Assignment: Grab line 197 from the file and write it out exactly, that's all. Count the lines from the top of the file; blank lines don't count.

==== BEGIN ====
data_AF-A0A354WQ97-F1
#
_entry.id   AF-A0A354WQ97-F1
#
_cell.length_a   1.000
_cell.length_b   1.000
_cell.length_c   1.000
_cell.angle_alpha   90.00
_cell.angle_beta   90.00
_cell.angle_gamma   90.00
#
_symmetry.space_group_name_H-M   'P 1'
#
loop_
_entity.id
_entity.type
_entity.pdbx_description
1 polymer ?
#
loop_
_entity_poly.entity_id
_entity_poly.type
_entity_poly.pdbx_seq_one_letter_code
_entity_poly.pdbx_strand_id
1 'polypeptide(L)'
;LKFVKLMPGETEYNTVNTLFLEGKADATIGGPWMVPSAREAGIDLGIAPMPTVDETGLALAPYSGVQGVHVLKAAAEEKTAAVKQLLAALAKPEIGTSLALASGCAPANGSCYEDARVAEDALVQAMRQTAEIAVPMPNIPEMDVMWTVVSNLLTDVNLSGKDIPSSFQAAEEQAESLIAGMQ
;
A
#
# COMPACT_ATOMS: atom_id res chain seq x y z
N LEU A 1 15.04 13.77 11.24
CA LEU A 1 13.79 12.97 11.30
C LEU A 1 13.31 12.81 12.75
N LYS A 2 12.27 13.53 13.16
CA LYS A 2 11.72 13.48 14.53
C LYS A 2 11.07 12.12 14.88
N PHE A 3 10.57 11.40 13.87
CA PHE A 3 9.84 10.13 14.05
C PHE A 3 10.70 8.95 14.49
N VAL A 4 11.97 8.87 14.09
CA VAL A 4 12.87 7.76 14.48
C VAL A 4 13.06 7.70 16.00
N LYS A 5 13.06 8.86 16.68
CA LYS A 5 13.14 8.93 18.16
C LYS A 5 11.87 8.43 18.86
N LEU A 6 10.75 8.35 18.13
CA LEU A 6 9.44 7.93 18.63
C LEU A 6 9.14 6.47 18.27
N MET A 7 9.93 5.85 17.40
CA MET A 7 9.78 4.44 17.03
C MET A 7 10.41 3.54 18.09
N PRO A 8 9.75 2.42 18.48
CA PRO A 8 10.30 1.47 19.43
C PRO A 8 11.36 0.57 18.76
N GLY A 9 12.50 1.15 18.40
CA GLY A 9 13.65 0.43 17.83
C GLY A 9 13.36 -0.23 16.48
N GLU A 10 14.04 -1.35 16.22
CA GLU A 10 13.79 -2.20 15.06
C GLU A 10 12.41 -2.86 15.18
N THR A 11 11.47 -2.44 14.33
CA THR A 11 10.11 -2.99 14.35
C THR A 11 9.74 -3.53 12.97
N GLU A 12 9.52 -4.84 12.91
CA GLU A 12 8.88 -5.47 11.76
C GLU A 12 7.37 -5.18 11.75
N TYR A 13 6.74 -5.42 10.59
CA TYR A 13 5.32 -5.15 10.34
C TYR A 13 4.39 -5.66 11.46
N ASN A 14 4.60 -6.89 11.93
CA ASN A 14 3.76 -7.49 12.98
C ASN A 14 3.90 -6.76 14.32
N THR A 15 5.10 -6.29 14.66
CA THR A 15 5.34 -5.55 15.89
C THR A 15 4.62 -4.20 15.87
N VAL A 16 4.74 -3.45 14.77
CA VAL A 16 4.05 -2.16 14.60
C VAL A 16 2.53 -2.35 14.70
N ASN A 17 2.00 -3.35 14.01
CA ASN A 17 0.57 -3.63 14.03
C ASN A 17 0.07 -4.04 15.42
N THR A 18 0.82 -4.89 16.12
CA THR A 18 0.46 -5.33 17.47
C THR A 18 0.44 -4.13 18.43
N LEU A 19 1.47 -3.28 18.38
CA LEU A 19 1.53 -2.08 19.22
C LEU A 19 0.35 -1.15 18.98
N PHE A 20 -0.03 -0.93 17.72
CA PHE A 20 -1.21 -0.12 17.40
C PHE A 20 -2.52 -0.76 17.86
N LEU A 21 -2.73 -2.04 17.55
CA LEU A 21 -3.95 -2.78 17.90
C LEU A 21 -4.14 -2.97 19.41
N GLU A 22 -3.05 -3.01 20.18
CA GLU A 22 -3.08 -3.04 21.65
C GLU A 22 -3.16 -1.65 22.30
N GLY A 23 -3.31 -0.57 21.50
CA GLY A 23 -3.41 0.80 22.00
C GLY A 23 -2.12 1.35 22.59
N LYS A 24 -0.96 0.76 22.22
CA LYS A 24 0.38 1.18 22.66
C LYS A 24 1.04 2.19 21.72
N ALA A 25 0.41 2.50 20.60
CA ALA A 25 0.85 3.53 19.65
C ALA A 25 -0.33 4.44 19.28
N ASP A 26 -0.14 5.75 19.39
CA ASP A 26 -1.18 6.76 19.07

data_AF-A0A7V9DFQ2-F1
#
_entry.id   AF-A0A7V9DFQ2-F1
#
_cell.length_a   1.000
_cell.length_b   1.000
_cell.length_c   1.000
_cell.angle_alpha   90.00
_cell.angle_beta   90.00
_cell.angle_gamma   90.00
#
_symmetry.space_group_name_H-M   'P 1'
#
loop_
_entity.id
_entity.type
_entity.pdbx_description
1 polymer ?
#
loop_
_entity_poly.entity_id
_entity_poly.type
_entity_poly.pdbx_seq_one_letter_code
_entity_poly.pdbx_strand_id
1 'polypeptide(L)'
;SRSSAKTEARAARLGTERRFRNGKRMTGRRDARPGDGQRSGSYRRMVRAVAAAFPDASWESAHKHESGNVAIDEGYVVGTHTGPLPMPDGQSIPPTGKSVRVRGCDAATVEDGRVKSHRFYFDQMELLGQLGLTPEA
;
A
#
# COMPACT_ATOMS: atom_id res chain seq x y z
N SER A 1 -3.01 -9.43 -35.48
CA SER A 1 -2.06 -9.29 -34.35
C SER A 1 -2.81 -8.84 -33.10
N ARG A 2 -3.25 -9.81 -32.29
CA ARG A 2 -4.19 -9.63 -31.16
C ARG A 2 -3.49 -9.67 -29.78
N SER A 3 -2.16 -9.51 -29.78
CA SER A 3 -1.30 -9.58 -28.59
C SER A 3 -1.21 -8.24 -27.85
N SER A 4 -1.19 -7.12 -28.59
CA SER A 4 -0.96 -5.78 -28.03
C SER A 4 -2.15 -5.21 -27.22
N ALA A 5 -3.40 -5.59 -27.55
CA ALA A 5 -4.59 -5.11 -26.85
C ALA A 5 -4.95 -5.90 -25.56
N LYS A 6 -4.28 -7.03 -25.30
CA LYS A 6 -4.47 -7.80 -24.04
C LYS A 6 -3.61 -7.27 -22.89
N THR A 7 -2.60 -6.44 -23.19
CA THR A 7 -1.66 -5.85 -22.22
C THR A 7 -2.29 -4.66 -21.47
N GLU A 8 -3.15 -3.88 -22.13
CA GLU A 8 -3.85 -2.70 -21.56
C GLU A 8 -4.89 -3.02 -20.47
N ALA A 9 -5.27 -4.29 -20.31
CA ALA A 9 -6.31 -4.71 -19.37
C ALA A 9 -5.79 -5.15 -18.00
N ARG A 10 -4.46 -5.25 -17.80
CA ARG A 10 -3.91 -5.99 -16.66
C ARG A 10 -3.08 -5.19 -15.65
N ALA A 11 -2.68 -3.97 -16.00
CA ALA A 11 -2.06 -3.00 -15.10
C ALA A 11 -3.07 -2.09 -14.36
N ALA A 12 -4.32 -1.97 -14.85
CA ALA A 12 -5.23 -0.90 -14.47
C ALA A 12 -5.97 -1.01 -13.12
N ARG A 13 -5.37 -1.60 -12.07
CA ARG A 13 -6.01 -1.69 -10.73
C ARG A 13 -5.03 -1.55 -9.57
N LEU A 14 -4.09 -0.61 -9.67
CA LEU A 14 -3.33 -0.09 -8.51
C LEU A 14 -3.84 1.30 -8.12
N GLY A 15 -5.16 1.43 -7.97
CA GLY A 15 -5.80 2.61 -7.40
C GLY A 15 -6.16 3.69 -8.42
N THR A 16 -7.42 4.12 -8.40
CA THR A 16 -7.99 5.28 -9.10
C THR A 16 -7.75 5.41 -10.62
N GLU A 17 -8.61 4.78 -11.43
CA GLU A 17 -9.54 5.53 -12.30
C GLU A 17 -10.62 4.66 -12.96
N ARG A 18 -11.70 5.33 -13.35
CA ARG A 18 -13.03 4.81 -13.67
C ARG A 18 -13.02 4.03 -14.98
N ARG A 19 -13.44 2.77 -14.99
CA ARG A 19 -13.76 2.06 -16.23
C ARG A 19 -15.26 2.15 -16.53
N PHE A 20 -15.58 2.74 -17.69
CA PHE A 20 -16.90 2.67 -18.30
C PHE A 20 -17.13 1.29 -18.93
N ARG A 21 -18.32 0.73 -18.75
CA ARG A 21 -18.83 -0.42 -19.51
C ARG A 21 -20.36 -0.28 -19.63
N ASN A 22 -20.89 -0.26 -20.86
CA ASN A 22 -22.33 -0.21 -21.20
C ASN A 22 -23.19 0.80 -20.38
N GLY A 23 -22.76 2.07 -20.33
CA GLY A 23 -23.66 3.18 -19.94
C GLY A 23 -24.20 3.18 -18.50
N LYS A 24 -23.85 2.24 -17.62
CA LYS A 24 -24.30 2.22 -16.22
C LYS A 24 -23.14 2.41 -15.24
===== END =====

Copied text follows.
C PHE A 20 -17.13 1.29 -18.93